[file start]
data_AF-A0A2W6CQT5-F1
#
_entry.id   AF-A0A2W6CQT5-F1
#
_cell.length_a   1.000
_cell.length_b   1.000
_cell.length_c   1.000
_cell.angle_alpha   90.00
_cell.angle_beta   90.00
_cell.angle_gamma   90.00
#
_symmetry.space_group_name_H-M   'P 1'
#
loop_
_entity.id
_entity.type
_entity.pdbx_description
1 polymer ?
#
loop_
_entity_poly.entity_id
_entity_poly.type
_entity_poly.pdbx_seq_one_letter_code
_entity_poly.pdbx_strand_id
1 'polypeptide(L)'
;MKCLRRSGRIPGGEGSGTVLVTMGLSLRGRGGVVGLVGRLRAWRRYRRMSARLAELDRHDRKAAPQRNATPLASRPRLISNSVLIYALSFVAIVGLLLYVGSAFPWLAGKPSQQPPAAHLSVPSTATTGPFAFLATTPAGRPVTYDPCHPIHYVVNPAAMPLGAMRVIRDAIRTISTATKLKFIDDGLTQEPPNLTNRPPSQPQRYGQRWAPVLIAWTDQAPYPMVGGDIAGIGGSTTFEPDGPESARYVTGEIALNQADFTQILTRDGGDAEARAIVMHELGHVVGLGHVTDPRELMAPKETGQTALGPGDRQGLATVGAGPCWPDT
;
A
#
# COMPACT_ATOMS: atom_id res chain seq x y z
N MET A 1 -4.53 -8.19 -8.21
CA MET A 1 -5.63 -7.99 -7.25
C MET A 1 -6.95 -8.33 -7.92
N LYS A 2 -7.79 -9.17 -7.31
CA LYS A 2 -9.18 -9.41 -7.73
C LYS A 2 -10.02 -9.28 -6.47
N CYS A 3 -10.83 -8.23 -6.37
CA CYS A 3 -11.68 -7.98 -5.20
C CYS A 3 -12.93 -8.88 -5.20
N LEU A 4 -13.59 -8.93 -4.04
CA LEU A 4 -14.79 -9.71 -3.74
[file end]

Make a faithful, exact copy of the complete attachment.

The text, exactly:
data_AF-A0A2W6CQT5-F1
#
_entry.id   AF-A0A2W6CQT5-F1
#
_cell.length_a   1.000
_cell.length_b   1.000
_cell.length_c   1.000
_cell.angle_alpha   90.00
_cell.angle_beta   90.00
_cell.angle_gamma   90.00
#
_symmetry.space_group_name_H-M   'P 1'
#
loop_
_entity.id
_entity.type
_entity.pdbx_description
1 polymer ?
#
loop_
_entity_poly.entity_id
_entity_poly.type
_entity_poly.pdbx_seq_one_letter_code
_entity_poly.pdbx_strand_id
1 'polypeptide(L)'
;MKCLRRSGRIPGGEGSGTVLVTMGLSLRGRGGVVGLVGRLRAWRRYRRMSARLAELDRHDRKAAPQRNATPLASRPRLISNSVLIYALSFVAIVGLLLYVGSAFPWLAGKPSQQPPAAHLSVPSTATTGPFAFLATTPAGRPVTYDPCHPIHYVVNPAAMPLGAMRVIRDAIRTISTATKLKFIDDGLTQEPPNLTNRPPSQPQRYGQRWAPVLIAWTDQAPYPMVGGDIAGIGGSTTFEPDGPESARYVTGEIALNQADFTQILTRDGGDAEARAIVMHELGHVVGLGHVTDPRELMAPKETGQTALGPGDRQGLATVGAGPCWPDT
;
A
#
# COMPACT_ATOMS: atom_id res chain seq x y z
N MET A 1 -4.53 -8.19 -8.21
CA MET A 1 -5.63 -7.99 -7.25
C MET A 1 -6.95 -8.33 -7.92
N LYS A 2 -7.79 -9.17 -7.31
CA LYS A 2 -9.18 -9.41 -7.73
C LYS A 2 -10.02 -9.28 -6.47
N CYS A 3 -10.83 -8.23 -6.37
CA CYS A 3 -11.68 -7.98 -5.20
C CYS A 3 -12.93 -8.88 -5.20
N LEU A 4 -13.59 -8.93 -4.04
CA LEU A 4 -14.79 -9.71 -3.74